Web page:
Steelers legend dead at 80

It is often easy to overlook a very good player when he plays for a very bad team. No one, however, ever overlooked Ernie Stautner. And no one has forgotten him.

Stautner died Thursday in a nursing home in Carbondale, Colorado, his wife Jill Stautner said. Stautner was 80, and suffered from Alzheimer's disease since 1998.

Stautner spent his entire 14-year career with the Pittsburgh Steelers, and never played for a winning team. But the undersized (6-foot-1, 235-pound) defensive lineman garnered plenty of attention with his tough, hard-nosed play and strong work ethic.

He went to nine Pro Bowls with the Steelers and was elected to the Hall of Fame in 1969. Of all the great players that have played for the organization since 1933, Stautner's No. 70 remains the only jersey number ever retired by the Steelers.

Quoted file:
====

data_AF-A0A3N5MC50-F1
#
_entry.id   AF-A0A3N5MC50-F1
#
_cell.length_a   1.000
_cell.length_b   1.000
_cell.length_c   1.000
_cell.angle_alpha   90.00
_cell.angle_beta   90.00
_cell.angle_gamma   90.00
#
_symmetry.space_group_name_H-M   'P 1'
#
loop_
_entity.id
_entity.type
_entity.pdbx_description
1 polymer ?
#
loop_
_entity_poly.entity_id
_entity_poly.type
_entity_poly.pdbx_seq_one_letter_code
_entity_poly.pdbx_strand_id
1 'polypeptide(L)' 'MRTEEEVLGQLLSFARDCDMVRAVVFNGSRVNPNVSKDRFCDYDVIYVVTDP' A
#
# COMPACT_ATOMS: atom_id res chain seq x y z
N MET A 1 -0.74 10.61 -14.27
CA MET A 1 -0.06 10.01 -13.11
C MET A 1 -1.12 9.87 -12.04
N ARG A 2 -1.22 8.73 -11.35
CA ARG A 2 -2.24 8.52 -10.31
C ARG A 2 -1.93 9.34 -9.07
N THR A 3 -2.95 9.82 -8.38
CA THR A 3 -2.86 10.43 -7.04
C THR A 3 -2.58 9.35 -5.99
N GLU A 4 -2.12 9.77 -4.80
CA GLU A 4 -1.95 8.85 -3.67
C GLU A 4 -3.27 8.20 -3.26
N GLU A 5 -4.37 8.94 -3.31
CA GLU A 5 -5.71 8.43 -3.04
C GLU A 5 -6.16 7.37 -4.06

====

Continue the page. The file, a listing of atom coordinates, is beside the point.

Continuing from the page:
Stautner was the Dallas Cowboys' defensive line coach from 1966-72 and served as defensive coordinator from 1973-88.

Born in Germany, Stautner immigrated with his family to Albany, New York, at the age of three. Stautner played at Boston College after first serving in the Marines. He was the Steelers' third round pick of the 1950 NFL draft.

Stautner is survived by his wife, five daughters and six grandchildren.

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